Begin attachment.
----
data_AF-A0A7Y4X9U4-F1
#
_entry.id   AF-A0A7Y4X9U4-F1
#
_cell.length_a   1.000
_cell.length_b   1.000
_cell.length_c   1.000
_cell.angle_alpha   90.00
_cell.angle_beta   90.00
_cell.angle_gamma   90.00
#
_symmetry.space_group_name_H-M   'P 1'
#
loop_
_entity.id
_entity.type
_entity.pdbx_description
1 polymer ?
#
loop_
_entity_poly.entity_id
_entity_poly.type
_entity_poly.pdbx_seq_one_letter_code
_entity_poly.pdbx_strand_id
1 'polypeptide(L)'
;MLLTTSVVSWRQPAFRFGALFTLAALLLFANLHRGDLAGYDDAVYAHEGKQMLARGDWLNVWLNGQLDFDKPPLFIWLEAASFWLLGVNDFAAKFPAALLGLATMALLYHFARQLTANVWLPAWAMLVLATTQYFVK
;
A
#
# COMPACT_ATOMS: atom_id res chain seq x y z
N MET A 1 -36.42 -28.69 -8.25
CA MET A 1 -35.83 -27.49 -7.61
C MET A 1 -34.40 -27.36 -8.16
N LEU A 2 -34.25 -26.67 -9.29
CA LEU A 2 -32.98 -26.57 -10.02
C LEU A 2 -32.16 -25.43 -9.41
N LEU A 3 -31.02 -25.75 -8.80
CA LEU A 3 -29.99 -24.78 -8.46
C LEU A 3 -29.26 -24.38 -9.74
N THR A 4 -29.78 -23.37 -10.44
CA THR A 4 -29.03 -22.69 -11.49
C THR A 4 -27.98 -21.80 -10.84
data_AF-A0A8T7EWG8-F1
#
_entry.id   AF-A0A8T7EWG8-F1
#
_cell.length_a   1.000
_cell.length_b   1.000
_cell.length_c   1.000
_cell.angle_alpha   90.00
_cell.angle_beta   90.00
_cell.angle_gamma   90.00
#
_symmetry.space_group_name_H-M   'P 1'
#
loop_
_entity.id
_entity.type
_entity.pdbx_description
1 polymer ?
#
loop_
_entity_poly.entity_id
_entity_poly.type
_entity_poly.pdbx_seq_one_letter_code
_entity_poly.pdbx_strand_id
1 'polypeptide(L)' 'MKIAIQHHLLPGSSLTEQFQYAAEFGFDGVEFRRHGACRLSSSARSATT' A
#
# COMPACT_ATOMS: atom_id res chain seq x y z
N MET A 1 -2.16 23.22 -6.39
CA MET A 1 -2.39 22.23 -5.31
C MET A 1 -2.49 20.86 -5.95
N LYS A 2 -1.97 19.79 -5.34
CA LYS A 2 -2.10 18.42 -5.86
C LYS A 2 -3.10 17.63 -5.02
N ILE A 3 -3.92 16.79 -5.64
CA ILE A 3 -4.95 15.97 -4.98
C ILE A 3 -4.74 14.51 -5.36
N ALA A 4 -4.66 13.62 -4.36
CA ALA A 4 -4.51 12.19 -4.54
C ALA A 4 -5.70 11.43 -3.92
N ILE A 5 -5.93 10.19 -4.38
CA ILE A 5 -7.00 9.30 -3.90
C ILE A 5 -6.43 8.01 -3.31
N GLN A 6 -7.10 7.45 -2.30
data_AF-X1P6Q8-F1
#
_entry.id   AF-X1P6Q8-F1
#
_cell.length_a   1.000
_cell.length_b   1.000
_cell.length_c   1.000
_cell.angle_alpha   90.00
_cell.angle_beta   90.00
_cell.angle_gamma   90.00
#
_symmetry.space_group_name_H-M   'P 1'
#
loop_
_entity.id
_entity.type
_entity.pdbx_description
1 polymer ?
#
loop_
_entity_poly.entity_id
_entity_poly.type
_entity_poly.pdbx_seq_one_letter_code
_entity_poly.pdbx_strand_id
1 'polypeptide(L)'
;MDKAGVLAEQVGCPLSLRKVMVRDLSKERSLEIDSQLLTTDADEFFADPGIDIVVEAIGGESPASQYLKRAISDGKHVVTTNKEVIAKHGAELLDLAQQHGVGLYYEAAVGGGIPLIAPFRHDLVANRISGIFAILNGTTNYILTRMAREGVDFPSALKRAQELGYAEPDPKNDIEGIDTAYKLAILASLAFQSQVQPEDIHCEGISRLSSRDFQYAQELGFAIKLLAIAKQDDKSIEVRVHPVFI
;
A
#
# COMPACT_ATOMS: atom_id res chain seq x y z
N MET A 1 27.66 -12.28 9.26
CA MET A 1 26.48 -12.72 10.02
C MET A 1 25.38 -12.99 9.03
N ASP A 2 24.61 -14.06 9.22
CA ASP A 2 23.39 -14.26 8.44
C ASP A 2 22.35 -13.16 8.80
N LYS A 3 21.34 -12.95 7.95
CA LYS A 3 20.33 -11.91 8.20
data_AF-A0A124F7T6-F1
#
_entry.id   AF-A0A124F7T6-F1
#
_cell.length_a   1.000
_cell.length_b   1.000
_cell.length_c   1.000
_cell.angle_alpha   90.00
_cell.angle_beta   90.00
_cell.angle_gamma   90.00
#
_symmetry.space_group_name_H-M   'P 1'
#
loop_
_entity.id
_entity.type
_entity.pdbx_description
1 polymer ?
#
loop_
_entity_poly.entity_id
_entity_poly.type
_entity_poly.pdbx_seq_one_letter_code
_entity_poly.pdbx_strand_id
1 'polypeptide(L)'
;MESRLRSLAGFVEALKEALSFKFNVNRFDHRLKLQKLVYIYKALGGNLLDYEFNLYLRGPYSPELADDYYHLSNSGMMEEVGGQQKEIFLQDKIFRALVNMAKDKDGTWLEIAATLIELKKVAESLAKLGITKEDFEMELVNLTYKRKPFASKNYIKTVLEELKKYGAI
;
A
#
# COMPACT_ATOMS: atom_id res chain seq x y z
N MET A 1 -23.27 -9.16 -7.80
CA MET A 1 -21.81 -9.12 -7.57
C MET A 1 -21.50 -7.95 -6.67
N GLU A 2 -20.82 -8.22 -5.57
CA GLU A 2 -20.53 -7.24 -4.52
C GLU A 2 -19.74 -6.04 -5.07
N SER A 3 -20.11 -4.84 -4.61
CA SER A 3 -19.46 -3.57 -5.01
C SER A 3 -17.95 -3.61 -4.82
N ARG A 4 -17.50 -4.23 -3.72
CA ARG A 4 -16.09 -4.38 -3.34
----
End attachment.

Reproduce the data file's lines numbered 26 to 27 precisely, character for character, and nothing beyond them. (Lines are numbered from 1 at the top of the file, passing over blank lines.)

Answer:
;MLLTTSVVSWRQPAFRFGALFTLAALLLFANLHRGDLAGYDDAVYAHEGKQMLARGDWLNVWLNGQLDFDKPPLFIWLEAASFWLLGVNDFAAKFPAALLGLATMALLYHFARQLTANVWLPAWAMLVLATTQYFVK
;